Primary care and specialists have comparable outcomes in treating Sleep Apnea

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1. Both primary care and specialist centers reported improvement in ESS (Epworth Sleepiness Scale) Scores without clinically significant differences .

2. There were no differences in secondary outcomes between patients treated at primary care or specialist centers either.

Published today in JAMA, the present study investigated whether there is a difference in outcomes for patients with OSA being treated by primary care physicians or specialist sleep center physicians. While significant improvements in daytime sleepiness were observed in both primary care and specialist groups, primary care was not inferior to specialist groups. This concurs with previous studies which found no outcome differences between ambulatory, portable CPAP treatment vs. laboratory-based treatment. Although the study is well designed, it could have expand its applicability by including more females (>75% male in both groups) and diversifying treatment beyond CPAP (e.g. lifestyle changes, mandibular advancement splints), in addition to addressing strategies to maintain and continue the education of primary care physicians on OSA management beyond the duration of the study. Nonetheless, the findings are important, especially since successful OSA management in primary care settings may improve rural patient access and decrease overall costs. Further cost-effectiveness analyses and randomized controlled trials will confirm those conclusions.

Click to read the study in JAMA
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1. Both primary care and specialist centers reported improvement in ESS (Epworth Sleepiness Scale) Scores without clinically significant differences .

2. There were no differences in secondary outcomes between patients treated at primary care or specialist centers either.

This [randomized, controlled, noninferiority] study: This study aimed to compare ESS score (Epworth Sleepiness Scale) and secondary outcomes (Functional Outcomes of
Sleep Questionnaire (FOSQ), CPAP adherence) at 6 months follow-up for a total of 155 patients between the age of 25 to 70 diagnosed with moderate to severe OSA in 4 locations in South Australia. They were randomized to ambulatory, primary care management or specialist sleep centers. The adjusted mean difference between baseline and 6 month ESS scores were 5.8 (95% CI, 4.4-7.2; P.001) and 5.4 (95% CI, 4.2-6.6; P.001) in the primary care and specialist groups, respectively. The adjusted difference in the mean change in the ESS score was -0.14 greater than the prespecified noninferiority margin of -2.0. There were no differences in mean FOSQ scores between the 2 groups. Total average within trial costs were greater in the specialist group compared to the primary group.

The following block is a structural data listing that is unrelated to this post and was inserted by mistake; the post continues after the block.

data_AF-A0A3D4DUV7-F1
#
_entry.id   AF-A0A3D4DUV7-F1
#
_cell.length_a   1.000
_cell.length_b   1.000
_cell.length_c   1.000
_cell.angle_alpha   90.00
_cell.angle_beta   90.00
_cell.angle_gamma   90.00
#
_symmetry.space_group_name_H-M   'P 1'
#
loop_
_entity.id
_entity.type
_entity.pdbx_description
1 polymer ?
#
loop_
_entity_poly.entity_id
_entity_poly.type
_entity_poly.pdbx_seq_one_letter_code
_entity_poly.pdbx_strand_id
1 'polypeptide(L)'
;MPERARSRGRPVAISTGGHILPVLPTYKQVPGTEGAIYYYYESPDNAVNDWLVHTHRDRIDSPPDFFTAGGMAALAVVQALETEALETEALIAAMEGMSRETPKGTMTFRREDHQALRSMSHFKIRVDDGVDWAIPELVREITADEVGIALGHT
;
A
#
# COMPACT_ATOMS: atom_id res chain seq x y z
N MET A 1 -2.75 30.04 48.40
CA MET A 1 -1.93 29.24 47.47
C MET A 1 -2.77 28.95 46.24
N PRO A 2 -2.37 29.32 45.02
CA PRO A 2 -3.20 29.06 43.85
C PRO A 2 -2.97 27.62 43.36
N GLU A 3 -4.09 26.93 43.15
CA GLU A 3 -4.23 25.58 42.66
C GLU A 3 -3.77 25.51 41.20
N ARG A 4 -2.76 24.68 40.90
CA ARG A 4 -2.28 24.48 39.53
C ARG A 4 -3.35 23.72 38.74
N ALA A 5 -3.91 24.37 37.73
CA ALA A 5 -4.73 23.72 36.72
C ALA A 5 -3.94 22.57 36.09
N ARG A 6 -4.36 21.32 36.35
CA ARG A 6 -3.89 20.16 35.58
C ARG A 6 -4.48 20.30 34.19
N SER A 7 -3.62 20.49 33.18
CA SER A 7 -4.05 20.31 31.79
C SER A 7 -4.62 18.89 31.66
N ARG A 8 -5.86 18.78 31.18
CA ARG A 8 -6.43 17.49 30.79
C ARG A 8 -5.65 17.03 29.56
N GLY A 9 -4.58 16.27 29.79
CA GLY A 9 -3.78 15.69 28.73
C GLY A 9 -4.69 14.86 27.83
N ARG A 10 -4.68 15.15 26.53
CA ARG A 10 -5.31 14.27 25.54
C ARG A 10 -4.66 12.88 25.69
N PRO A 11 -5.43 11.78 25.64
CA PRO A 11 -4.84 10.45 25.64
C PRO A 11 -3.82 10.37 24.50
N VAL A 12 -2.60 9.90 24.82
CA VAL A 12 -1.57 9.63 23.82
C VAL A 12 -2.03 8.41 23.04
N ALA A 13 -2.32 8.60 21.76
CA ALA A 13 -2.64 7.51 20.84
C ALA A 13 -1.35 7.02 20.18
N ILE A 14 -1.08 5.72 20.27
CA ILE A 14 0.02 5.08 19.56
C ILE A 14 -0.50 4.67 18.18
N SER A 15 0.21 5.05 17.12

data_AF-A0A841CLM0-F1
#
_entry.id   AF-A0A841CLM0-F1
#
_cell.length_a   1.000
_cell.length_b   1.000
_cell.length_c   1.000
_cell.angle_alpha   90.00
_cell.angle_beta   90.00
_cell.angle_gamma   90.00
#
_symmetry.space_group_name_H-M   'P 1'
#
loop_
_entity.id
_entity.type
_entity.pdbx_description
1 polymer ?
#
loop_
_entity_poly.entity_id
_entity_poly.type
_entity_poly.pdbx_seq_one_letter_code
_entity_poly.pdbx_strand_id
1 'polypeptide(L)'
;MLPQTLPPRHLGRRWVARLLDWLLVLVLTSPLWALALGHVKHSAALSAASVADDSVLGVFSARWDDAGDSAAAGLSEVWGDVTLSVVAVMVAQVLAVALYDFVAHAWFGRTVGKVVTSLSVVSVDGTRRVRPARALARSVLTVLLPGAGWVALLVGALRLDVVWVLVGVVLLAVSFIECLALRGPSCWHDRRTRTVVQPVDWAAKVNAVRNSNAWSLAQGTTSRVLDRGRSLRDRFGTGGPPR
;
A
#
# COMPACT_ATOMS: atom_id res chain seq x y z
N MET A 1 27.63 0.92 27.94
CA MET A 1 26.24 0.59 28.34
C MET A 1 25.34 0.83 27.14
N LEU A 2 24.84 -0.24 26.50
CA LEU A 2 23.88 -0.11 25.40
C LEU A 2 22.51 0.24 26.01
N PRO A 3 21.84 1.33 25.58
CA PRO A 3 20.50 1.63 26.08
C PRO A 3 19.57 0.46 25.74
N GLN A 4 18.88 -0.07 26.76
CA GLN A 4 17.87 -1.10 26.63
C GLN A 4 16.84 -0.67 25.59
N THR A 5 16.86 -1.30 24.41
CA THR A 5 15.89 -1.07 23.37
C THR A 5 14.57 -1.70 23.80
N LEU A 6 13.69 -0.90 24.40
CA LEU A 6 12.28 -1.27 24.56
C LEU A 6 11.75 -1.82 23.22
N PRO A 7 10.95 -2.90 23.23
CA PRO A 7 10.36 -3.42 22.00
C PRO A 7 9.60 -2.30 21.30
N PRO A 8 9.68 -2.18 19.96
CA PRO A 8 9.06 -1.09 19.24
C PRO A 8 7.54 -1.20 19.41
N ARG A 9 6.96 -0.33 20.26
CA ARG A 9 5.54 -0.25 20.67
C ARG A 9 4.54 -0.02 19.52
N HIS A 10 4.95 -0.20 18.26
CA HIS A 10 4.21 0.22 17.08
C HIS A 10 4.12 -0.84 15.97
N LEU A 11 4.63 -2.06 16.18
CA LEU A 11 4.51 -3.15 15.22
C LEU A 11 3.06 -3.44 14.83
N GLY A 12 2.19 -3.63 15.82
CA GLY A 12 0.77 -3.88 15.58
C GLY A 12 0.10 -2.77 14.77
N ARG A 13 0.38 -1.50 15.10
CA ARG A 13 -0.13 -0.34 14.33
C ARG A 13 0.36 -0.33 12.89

Further reading:

1. The Occurrence of Sleep-disordered Breathing Among Middle-Aged Adults

2. Portable Monitoring and Autotitration versus Polysomnography for the Diagnosis and Treatment of Sleep Apnea

In sum: Published today in JAMA, the present study investigated whether there is a difference in outcomes for patients with OSA being treated by primary care physicians or specialist sleep center physicians. While significant improvements in daytime sleepiness were observed in both primary care and specialist groups, primary care was not inferior to specialist groups. This concurs with previous studies which found no outcome differences between ambulatory, portable CPAP treatment vs. laboratory-based treatment. Although the study is well designed, it could have expand its applicability by including more females (>75% male in both groups) and diversifying treatment beyond CPAP (e.g. lifestyle changes, mandibular advancement splints), in addition to addressing strategies to maintain and continue the education of primary care physicians on OSA management beyond the duration of the study. Nonetheless, the findings are important, especially since successful OSA management in primary care settings may improve rural patient access and decrease overall costs. Further cost-effectiveness analyses and randomized controlled trials will confirm those conclusions.

Click to read the study in JAMA

By Elizabeth Park and Rif Rahman

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